No matter where you are in your professional career, whether that be as a recent grad starting your first gig, a dedicated employee who has been working at the same job for years, or you’re beginning a new chapter in your life as an entrepreneur; a mentor can make a valuable imprint on your career and life trajectory. It can open networks and opportunities beyond your immediate reach and can give you the tools and confidence to promote yourself and develop professionally.

According to Sun Microsystems, in a study following 1,000 employees over a five-year period- those who received mentoring were 20 percent more likely to get a raise than their peers who chose not to participate. Additionally, mentees were promoted five times more often than those employees without mentors.

In our personal lives, we tend to have mentors naturally, people we go to for advice or to discuss a potential decision. It can be profoundly beneficial to have ‘that person’ help you understand a different perspective or avoid a miscalculation. So why not incorporate this wonderful relationship in our business life as well?

Creating meaningful mentorships. Blog post from Levvel Inc.

Sometimes, we acquire our mentors in business almost instinctively and other times we need to seek them out. A mentor for your professional life can be your boss, co-worker, someone who works in the same field as you, a teacher or anyone whom you trust. Most importantly, the right mentor is a valuable role model who can help you see possibilities and play to your strengths to navigate a better path ahead.

“Mentoring has proved so beneficial that 71% of Fortune 500 companies offer mentoring programs to their employees.” – Forbes Magazine

When seeking out a mentor, find someone to guide you that not only has the ability but the availability to commit time and energy to the relationship. And ask yourself these questions:

• Do they have the industry and organizational expertise to deepen and develop my knowledge in my area of interest?

• Do they think differently than me and challenge my thinking?

• Will they help develop my strengths and weaknesses along my career path?

• Are they willing to share their experiences of success and failure?

• Do they hold the same values as me?

• Will they be active listeners and ask open-ended questions?

A mentor should be a great listener and advisor offering honest feedback, typically based on lived experiences. If someone automatically comes to mind, why not reach out and ask? Nothing is more complimentary than being asked to help guide someone to their goals.

At Levvel, you could say mentorship is in our Co-founders’ DNA. Connecting people, learning about new business innovations, and offering unique experienced perspectives are what Brian Milloy loves about mentoring. For the past 15 years Brian has been involved with Futurpreneur Canada. And he admits he often learns just as much from the new business owners he mentors.

“ Different people think in different ways and they bring diverse insight. If both parties are open, you can learn an awful lot if you’re willing to listen, explore new perspectives, and are humble.”

Brian Milloy CEO & Co-founder of Levvel.

Learning and developing is an integral part of succeeding in any field and having someone there to evaluate and re-evaluate at various business check points, is priceless.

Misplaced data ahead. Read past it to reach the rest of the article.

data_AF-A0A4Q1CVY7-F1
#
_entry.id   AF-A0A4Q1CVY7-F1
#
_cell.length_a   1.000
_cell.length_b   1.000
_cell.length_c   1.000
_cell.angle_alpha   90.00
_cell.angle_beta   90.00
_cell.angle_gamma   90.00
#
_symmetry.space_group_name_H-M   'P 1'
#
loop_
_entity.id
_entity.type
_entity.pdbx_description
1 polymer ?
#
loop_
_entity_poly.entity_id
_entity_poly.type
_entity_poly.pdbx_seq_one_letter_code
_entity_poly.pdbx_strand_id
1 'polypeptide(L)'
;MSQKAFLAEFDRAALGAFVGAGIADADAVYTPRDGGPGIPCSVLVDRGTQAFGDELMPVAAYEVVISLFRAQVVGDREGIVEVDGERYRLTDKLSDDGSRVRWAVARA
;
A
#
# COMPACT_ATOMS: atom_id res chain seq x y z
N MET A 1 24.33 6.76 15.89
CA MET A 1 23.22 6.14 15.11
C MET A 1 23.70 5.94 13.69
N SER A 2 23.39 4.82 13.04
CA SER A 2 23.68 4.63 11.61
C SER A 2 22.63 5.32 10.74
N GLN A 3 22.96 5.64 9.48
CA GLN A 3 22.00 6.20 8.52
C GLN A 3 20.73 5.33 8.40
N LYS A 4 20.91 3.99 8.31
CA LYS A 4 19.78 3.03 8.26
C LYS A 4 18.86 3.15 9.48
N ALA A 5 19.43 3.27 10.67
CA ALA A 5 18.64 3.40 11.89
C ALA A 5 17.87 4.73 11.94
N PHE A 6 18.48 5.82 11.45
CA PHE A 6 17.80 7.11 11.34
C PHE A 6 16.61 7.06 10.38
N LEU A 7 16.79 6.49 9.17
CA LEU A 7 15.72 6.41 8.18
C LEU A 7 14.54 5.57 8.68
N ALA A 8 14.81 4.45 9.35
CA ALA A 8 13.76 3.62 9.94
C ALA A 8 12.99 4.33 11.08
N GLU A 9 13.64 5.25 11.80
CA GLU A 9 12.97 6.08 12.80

So, think of a mentor/mentee relationship like any other, it takes effort. It’s important to communicate how you learn and process information, as well as ensure that you are open to hearing feedback from your mentor, positive or not. Creating successful mentoring relationships requires specific skills, sensibilities, and structure from both the mentor and the mentee.

As a mentee you too have an accountability check list.

• Be clear about your goals, objectives, and responsibilities.

• Be willing to listen, accept tough love, and act upon it.

• Be open to learn and try new things.

• Be committed to upholding your end of the bargain, after all your mentor is giving up their time.

• Be ready and willing to meet on a regular basis and be accountable for progress points.

By now you have a clear picture of the relationship. Follow these tips to develop a strong relationship with your mentor and take your business life to new levels.

• Sit down with your mentor and openly discuss the expectations of each of you.

• Identify where you would like to take your career.

• Lay out your short-term and long-term goals.

• Outline support needed and offered for you to achieve these goals and plans moving forward.

• Discuss how you will part once a successful outcome has been reached.

Then set parameters around meeting times, confidentiality, and accountability. Now is the time to practice your skills as an avid listener. A good mentor will offer advice and guidance but let you make the decisions for yourself. Commit to certain steps in your development towards your goals and discuss risks and rewards to keep on the trajectory of meeting your end goals.

You can never be too smart, too informed, or too old to have a mentor. So why not have someone on your team who offers support, varied experiences, and a different perspective. It’s sure to enhance your career and professional life. No question it takes work and commitment, but it is well worth the effort. Whether you are the mentor or mentee, it’s a win-win for your career.

~Cherene Kambeitz, Marketing & Communications Director – Levvel inc. Reach out to